Radio Waves, Philanthropic Ways

Vivian Carr was a trailblazer whose legacy is now paving paths for a new generation of students.

As science says, radio waves can travel light years into outer space. In their own way, planned gifts can also have a far reach. The late Vivian Carr Hon. M.E. ’81 understood both of those principles. After breaking ground for women in radio, she left a large bequest for Stevens, ensuring her legacy will endure into the future.

Born in 1925, Carr earned an engineering certificate from Stevens during World War II, when more women began filling industrial jobs. Though many of those women stayed home in peacetime, Carr launched a four-decade career and rose to leadership positions at Bell Labs and AT&T.

Carr was a fellow of the Institute of Electrical and Electronics Engineers and a director of the Engineers Club of New York. She was also the first female member and officer of the Radio Club of America (RCA), founded in 1909. Having joined in 1973, Carr served as president from 2011-12, and as president-emeritus thereafter. In 2014, the RCA named the Vivian A. Carr Award after her, established to recognize outstanding achievements by women in the telecom industry.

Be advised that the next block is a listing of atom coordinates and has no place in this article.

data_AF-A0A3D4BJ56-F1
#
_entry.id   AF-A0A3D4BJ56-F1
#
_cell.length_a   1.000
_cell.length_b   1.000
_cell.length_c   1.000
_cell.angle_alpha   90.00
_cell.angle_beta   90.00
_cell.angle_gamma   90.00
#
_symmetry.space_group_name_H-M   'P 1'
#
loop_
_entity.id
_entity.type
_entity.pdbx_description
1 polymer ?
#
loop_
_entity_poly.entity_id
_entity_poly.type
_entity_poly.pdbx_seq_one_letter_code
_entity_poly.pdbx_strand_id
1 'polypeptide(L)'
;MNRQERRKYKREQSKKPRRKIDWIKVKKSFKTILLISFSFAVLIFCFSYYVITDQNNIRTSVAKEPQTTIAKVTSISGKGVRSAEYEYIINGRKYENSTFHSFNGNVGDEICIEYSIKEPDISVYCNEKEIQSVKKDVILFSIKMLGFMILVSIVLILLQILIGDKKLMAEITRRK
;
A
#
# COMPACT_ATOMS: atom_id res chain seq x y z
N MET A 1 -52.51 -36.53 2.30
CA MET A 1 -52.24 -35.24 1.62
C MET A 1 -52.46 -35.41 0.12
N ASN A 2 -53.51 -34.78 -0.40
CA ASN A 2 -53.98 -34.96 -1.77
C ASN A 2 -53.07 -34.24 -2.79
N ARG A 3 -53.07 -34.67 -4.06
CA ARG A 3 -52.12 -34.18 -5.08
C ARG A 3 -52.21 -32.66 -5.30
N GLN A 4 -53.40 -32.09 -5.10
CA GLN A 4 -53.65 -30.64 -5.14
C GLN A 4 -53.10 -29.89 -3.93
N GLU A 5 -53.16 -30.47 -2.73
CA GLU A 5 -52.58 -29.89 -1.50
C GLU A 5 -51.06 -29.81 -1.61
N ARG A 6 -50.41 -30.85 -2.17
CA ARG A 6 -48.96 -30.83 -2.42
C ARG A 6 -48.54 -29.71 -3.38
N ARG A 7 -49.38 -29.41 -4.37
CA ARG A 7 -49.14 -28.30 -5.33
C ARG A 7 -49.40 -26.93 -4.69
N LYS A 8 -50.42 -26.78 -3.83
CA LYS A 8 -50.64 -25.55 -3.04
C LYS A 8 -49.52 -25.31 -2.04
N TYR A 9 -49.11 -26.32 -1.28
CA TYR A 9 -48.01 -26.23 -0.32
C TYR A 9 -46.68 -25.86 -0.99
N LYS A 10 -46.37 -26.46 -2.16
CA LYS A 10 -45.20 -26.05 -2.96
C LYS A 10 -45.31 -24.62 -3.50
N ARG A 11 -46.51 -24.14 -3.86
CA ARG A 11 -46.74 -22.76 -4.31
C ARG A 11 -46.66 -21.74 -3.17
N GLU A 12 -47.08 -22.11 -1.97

Mary Ann Weitnauer, a professor at Georgia Tech who received the Carr Award in 2017, reflected on its significance. “When I was a graduate student and a junior professor in the communications and networking area, Bell Labs was considered the most prestigious place to be,” Weitnauer said. “Strong women in that area were and still are relatively rare. That Vivian Carr rose to senior executive at Bell Labs and to president of the Radio Club of America is extremely impressive. I was honored to receive the award in her name.”

Carr earned a degree in engineering economics from Iowa State in 1973, and Stevens recognized her in 1981 with an honorary master’s degree. She showed her appreciation for Stevens by supporting scholarships, especially for students involved with WCPR, the campus radio station.

“Vivian was friendly and welcoming,” said Mike Bocchinfuso ’08, who met Carr when he received a scholarship in her name. “WCPR is a staple of Stevens, and it was great that our club could connect with a radio trailblazer like Vivian.”

With her husband John, Carr retired to the Jersey Shore and enjoyed animals, gardening and bridge until she passed at age 92 in 2018. Her last gift to Stevens, through her estate, will now enable a new generation of students to make their own far-reaching waves.

“Vivian was a gifted woman with a multitude of accomplishments,” said her friend Pat Schneider. “She had a pioneering spirit and successfully broke glass ceilings. She would be happy to see that her generosity will support students pursuing higher education in technological fields.”